What is more, the Association established a relevant precedent in the 1970s and '80s when it refused to hold conventions in states that hadn't ratified the federal Equal Rights Amendment. That policy precluded meetings in Chicago, because Illinois never approved the ERA.
Hence, while the APSA was fully prepared a generation ago to battle gender discrimination, the organization isn't willing today to combat sexual-orientation discrimination with similar resolve. Instead, by selecting New Orleans for an annual meeting, the Association condones the condemnation of same-sex couples to the legal purgatory that Louisiana, and New Orleans itself, authorized in 2004.
In truth, the APSA would never consider New Orleans if the Louisiana Constitution discriminated on the basis of ethnicity, gender, race, or religion as blatantly as it does with regard to sexual orientation. Our national professional organization of political scientists, thus, reinforces the sad reality that explicit governmental discrimination against LGBT Americans remains politically and socially acceptable.
The Status Committee's resolution eliminates just Atlanta and New Orleans from the cities with convention facilities that have been sufficient in the past to accommodate the Association's annual gatherings. Boston, Chicago, New York, Philadelphia, San Francisco, Toronto, and Washington are, and will remain, viable venues for conferences. Surely this list is adequate to suit the organization's siting needs.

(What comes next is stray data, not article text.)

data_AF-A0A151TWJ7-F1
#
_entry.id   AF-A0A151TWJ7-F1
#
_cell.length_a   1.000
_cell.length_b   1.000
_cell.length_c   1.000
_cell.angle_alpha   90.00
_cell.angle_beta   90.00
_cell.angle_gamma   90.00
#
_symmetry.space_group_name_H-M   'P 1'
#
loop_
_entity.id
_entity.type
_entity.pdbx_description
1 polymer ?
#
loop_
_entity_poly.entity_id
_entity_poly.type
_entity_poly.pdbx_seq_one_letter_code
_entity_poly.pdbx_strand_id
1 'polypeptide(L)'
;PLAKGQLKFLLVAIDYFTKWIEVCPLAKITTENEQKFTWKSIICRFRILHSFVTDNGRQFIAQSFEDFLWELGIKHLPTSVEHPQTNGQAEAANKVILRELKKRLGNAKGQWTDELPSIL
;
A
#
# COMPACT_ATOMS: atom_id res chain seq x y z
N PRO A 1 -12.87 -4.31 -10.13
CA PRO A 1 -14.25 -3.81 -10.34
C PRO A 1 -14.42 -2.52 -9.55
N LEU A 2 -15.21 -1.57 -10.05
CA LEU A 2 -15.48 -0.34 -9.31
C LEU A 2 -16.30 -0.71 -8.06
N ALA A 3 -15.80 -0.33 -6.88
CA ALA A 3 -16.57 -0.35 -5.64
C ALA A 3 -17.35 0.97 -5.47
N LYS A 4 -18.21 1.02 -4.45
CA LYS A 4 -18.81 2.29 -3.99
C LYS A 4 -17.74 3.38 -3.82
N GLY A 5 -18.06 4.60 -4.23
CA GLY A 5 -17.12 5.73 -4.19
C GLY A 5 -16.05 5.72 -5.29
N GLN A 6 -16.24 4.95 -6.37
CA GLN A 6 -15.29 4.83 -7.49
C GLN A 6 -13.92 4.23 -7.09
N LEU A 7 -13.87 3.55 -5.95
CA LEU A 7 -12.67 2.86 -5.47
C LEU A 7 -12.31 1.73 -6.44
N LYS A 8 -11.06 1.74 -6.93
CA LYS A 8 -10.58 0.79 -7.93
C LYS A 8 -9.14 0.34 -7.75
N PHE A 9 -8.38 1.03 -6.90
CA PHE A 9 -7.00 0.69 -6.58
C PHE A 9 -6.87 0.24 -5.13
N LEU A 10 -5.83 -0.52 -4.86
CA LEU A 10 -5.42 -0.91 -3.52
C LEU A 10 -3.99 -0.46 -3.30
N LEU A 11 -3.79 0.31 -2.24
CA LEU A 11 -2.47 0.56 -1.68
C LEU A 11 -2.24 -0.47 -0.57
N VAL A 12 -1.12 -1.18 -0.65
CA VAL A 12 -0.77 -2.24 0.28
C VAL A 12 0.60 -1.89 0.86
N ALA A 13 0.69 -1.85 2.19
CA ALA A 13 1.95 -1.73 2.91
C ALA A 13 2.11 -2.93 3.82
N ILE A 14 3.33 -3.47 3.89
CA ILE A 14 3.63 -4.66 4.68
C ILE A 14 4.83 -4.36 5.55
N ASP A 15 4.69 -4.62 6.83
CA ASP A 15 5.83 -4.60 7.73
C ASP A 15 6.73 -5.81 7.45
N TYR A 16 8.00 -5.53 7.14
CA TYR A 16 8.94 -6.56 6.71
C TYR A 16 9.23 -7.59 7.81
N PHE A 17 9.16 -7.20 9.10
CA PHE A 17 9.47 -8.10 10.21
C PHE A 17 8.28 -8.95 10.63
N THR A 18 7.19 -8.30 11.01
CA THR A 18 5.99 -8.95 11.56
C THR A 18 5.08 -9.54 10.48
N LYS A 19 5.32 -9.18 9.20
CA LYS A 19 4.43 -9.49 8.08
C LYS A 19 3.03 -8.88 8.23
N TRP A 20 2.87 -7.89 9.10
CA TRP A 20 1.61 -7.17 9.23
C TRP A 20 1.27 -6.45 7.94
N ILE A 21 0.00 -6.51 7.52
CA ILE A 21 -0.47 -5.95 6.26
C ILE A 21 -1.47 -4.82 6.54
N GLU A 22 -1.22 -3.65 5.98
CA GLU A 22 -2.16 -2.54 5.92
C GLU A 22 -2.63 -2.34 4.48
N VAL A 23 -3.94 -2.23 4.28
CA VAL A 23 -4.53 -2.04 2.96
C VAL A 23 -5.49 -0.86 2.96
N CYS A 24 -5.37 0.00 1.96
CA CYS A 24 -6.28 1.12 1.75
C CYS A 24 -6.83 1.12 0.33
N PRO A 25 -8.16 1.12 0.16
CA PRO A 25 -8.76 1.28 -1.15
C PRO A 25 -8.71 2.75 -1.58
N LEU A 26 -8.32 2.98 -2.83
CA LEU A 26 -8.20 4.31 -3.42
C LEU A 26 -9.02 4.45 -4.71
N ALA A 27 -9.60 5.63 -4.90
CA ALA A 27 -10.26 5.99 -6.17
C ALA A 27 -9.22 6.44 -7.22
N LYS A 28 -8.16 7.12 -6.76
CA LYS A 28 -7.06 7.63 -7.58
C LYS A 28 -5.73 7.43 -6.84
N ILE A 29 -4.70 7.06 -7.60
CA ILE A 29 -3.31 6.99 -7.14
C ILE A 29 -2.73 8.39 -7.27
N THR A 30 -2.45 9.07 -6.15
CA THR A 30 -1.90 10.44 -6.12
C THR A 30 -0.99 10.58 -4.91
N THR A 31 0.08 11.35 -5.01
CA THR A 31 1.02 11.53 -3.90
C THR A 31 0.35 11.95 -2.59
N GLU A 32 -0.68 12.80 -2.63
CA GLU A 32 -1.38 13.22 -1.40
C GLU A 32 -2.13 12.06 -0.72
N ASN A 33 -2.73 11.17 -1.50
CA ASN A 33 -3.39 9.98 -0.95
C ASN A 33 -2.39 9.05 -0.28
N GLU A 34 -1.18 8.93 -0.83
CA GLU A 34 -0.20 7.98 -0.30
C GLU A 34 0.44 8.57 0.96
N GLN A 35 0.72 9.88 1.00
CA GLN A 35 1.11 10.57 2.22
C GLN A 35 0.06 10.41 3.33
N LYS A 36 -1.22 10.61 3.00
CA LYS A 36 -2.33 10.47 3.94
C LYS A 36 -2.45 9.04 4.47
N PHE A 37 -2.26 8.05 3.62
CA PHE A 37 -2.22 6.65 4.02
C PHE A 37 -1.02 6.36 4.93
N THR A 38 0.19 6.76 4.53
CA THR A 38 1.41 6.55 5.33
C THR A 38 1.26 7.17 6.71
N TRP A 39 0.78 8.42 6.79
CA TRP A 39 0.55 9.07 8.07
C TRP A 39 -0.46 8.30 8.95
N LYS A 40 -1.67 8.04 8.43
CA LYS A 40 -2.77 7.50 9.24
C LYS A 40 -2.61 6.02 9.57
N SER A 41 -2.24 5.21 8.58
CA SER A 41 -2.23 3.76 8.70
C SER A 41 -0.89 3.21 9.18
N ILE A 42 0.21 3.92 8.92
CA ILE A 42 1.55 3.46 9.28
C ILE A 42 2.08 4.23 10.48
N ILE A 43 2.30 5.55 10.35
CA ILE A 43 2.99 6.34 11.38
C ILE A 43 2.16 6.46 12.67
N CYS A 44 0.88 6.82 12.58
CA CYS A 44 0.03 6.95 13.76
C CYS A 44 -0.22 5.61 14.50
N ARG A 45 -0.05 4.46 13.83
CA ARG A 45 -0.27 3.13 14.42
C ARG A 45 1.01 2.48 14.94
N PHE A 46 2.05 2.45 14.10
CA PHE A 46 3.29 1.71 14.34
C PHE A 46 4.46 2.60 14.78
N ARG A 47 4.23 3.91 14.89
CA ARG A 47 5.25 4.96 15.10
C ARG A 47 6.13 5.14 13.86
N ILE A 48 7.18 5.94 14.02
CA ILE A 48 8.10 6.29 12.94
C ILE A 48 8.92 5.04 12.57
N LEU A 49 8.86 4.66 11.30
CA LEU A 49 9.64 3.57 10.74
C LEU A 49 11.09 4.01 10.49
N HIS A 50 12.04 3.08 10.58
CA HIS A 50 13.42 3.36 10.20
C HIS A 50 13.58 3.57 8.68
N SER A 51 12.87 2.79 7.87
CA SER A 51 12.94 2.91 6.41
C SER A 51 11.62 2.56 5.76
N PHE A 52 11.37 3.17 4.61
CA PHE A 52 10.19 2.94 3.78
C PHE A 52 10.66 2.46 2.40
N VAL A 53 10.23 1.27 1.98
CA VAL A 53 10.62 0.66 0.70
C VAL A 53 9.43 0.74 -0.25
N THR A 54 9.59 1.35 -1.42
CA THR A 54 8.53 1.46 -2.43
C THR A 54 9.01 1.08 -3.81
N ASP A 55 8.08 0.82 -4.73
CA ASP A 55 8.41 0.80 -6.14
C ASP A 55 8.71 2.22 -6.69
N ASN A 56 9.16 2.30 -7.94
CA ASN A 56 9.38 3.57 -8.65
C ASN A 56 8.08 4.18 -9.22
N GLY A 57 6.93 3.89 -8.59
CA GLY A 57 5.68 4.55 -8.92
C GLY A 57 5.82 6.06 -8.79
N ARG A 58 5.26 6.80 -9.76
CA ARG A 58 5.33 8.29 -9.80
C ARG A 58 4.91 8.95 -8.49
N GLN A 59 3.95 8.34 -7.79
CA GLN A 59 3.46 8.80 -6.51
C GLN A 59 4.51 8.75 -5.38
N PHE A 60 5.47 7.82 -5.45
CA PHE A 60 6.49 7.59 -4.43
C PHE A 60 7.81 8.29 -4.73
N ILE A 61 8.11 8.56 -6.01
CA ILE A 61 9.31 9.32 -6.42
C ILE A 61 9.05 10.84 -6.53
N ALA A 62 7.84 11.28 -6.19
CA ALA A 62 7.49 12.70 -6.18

I have faith that the American Political Science Association has the capacity -- and can summon the compassion -- to ensure that all of its members are treated with dignity and respect at annual meetings. I hope that you share my belief. If so, please be kind enough to forward this message with your own statement (e.g., "I support the New Orleans boycott") to the Association's President and Executive Director:
Dianne Pinderhughes, Dianne.M.Pinderhughes.firstname.lastname@example.org
Michael Brintnall, email@example.com
Please "cc" me at firstname.lastname@example.org
In addition, if you know members of the APSA Council, please ask them to reconsider their rejection of the Status Committee's siting resolution. Current Council members include:
Lisa Baldez, email@example.com
Susan Burgess, firstname.lastname@example.org
Dennis Chong, email@example.com
Michael Doyle, firstname.lastname@example.org
Kerry Haynie, email@example.com
Arthur Lupia, firstname.lastname@example.org
Anna Sampaio, email@example.com
Melissa Williams, firstname.lastname@example.org
Lastly, please let me know if you're willing to assist in organizing the boycott.
With your help, we can persuade the Association to relocate the 2012 conference while there's still time to do so.
P.S. This message is being sent to political scientists at more than 200 colleges and universities across the United States.
Daniel R. Pinello
Professor of Government
John Jay College of Criminal Justice of
The City University of New York
Gay Rights and American Law
(Cambridge University Press, 2003) and America's Struggle for Same-Sex Marriage (Cambridge University Press, 2006)